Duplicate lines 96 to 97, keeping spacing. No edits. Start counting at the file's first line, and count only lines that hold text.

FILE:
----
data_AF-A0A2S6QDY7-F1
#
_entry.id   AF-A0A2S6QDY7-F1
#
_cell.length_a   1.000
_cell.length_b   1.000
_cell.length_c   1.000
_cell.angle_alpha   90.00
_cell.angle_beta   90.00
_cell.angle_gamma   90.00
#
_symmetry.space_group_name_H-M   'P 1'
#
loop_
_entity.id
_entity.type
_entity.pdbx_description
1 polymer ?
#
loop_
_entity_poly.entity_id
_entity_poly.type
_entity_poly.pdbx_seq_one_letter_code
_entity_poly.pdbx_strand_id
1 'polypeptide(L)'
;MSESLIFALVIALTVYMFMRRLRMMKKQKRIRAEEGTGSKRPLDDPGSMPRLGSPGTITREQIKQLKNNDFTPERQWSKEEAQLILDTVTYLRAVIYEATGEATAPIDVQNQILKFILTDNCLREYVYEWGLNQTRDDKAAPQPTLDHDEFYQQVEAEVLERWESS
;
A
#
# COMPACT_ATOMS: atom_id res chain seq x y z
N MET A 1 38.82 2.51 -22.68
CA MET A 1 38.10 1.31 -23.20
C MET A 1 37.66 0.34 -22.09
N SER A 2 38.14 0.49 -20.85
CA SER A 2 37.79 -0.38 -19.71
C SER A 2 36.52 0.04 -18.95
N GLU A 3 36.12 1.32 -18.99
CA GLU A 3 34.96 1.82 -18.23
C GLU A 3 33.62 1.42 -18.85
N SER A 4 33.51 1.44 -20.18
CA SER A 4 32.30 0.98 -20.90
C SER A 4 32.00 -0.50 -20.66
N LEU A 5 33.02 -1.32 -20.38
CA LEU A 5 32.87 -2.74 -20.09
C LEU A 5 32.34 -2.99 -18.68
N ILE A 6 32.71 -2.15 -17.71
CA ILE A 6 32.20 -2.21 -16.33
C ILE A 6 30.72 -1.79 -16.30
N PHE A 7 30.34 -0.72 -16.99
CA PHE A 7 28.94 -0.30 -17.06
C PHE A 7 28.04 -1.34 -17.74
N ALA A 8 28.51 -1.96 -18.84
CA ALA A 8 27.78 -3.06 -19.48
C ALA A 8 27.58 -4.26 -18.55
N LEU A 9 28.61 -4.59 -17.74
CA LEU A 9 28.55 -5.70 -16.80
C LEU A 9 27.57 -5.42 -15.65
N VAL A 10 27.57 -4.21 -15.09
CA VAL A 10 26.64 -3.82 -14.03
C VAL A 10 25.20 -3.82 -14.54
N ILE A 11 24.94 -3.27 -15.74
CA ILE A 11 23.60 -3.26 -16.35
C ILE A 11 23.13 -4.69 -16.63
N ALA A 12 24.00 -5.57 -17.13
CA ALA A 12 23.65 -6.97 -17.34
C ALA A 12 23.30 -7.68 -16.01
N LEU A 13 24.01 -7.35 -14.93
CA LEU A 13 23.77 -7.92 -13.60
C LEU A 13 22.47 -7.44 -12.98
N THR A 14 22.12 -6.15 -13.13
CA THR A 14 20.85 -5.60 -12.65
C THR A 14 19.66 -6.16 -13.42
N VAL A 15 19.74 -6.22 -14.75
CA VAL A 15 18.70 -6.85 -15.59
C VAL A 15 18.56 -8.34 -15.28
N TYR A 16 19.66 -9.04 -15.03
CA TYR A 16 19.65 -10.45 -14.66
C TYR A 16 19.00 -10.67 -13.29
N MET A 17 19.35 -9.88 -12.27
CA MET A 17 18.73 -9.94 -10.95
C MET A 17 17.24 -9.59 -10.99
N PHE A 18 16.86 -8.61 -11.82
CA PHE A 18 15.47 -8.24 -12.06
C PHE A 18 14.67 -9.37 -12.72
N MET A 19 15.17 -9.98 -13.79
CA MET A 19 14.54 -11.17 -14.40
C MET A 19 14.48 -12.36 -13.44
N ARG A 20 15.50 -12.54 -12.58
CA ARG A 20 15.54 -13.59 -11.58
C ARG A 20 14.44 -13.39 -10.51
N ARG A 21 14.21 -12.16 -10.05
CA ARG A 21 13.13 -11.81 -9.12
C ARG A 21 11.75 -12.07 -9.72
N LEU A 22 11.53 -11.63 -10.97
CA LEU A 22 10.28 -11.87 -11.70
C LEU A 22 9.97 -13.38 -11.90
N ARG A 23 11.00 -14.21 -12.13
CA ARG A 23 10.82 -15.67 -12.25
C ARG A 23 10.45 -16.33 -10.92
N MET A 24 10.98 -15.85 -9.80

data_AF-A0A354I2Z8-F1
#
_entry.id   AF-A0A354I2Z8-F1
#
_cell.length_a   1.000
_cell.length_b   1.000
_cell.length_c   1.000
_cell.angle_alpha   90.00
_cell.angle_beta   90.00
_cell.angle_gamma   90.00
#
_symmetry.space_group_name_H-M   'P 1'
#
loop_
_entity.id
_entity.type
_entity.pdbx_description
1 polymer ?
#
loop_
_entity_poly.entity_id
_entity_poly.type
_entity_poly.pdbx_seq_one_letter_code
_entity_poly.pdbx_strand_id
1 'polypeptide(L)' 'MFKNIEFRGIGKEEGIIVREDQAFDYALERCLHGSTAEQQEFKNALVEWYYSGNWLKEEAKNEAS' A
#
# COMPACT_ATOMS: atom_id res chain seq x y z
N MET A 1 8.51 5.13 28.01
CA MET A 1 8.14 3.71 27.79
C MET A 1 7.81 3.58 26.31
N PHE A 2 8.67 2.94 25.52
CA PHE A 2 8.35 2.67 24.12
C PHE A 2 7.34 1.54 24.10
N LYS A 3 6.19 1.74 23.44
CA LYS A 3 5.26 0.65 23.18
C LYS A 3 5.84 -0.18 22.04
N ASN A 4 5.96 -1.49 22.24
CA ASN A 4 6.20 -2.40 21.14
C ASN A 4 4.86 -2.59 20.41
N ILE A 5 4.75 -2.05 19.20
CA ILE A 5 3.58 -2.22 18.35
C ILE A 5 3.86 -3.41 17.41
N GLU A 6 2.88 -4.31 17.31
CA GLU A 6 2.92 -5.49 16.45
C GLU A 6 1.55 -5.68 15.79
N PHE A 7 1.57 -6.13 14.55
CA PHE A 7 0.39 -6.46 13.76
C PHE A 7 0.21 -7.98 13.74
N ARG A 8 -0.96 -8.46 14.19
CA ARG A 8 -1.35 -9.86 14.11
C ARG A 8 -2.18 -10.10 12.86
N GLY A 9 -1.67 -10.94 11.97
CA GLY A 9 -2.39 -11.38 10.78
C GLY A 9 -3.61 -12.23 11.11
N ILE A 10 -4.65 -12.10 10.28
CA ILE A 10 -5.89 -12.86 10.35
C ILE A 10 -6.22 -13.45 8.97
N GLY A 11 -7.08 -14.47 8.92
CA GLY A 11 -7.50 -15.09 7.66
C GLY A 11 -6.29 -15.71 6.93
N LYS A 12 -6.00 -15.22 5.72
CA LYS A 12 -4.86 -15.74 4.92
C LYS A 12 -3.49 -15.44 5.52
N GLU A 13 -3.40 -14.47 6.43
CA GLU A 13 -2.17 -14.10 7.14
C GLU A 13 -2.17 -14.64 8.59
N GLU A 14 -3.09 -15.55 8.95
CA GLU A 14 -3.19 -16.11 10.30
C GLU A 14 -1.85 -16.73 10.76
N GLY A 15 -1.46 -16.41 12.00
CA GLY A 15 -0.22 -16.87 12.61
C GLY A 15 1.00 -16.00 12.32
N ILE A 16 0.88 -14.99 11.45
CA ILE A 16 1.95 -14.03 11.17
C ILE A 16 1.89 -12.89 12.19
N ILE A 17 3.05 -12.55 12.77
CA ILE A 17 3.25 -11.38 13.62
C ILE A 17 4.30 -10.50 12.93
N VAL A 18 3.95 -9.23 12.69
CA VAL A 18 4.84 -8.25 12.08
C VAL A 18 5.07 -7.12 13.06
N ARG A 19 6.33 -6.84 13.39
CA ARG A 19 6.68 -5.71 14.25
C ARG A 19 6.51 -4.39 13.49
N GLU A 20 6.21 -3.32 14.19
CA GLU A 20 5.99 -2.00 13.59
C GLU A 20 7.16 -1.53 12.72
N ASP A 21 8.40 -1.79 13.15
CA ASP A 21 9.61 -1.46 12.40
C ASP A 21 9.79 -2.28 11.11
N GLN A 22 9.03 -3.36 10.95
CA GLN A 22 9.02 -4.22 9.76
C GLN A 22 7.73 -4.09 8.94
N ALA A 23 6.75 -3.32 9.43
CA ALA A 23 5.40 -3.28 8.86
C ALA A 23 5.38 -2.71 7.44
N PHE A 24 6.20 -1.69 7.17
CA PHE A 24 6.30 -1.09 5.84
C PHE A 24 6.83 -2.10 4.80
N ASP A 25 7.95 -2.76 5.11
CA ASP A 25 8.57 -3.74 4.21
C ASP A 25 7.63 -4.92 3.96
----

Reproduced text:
C LEU A 22 9.97 -13.38 -11.90
N ARG A 23 11.00 -14.21 -12.13